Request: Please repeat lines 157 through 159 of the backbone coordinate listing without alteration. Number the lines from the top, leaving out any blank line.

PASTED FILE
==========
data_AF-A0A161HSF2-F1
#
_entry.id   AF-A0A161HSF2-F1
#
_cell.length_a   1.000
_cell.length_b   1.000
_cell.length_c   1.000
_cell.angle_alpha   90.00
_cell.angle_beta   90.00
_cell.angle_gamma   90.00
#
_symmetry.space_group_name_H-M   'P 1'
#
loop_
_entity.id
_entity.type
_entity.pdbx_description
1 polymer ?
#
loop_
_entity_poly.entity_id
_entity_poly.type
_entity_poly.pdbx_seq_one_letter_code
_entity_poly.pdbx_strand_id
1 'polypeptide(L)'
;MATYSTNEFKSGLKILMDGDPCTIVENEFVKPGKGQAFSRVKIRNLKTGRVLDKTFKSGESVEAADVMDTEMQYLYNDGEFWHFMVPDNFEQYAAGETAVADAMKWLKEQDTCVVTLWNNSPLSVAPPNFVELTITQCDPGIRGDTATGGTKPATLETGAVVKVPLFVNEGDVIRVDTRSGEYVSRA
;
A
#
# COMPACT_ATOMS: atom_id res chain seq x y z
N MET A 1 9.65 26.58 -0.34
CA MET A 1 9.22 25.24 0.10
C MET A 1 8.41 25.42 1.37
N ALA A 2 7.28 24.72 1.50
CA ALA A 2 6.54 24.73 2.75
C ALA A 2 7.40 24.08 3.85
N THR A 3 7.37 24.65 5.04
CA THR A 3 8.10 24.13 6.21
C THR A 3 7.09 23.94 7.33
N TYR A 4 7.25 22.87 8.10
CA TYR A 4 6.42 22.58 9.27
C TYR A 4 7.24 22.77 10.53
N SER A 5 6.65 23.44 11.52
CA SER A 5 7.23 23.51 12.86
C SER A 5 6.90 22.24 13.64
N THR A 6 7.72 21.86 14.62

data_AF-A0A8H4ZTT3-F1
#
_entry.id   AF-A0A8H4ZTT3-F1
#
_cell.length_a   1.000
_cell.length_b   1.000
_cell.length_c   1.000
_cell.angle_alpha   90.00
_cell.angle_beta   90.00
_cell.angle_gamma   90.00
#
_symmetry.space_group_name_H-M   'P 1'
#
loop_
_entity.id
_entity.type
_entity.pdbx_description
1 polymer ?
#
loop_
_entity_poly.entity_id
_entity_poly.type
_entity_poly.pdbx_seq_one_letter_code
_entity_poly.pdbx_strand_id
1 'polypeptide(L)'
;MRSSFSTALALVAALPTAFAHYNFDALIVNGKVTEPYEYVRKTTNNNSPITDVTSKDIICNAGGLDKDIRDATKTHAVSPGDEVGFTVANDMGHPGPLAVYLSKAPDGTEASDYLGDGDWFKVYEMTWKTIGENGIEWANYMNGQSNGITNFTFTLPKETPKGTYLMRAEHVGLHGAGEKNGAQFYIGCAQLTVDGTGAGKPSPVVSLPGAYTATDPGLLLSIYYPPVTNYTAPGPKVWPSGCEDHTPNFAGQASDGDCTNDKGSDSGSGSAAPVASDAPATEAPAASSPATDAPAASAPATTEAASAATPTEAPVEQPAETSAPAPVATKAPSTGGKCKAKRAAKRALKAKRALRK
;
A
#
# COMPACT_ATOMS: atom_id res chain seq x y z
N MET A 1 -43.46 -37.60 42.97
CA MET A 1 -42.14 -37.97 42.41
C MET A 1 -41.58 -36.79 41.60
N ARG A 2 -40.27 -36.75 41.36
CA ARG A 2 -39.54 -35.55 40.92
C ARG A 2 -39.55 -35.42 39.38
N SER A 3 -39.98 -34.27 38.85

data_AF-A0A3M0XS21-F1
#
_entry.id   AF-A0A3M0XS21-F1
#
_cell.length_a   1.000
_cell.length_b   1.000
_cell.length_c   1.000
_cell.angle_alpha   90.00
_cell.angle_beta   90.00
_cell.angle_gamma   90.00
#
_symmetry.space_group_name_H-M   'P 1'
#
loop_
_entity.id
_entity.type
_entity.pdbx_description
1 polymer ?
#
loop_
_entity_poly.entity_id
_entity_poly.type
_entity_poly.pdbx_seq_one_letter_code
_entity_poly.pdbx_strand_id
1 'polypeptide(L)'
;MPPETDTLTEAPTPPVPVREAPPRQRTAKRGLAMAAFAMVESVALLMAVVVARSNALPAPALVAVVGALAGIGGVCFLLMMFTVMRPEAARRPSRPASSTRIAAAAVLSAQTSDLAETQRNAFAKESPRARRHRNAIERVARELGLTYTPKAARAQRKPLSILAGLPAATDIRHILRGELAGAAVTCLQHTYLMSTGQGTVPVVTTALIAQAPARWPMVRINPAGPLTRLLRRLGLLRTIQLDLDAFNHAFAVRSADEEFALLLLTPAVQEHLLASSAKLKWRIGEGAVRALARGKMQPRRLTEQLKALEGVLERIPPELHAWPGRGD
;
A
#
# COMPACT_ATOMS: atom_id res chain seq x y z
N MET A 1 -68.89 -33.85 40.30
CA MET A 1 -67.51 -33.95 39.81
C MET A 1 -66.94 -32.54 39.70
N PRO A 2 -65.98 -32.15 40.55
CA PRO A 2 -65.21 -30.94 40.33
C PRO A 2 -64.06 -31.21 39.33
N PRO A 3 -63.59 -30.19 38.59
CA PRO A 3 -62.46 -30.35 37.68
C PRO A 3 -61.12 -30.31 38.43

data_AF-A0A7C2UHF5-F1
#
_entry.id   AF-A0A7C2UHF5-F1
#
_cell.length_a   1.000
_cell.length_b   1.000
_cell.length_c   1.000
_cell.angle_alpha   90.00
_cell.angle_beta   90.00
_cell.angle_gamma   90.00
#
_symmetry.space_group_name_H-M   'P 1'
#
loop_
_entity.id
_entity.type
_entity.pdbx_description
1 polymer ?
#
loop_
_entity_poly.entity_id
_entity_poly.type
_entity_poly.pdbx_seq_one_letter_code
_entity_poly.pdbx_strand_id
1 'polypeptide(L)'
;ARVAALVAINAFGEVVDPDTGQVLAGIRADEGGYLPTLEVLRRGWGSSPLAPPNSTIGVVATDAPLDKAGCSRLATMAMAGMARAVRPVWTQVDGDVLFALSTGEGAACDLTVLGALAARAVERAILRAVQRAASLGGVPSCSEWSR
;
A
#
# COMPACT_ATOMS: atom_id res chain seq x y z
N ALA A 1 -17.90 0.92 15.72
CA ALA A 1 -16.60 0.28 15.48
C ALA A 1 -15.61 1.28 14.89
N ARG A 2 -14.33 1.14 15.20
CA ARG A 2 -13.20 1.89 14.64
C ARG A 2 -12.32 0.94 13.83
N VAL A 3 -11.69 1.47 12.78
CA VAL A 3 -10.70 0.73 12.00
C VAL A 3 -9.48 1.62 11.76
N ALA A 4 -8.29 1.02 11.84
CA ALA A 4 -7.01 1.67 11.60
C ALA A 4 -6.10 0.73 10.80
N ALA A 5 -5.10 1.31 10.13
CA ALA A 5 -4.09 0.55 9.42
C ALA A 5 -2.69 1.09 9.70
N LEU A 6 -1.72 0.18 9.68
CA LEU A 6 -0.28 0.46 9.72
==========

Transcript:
CA ARG A 2 -13.20 1.89 14.64
C ARG A 2 -12.32 0.94 13.83
N VAL A 3 -11.69 1.47 12.78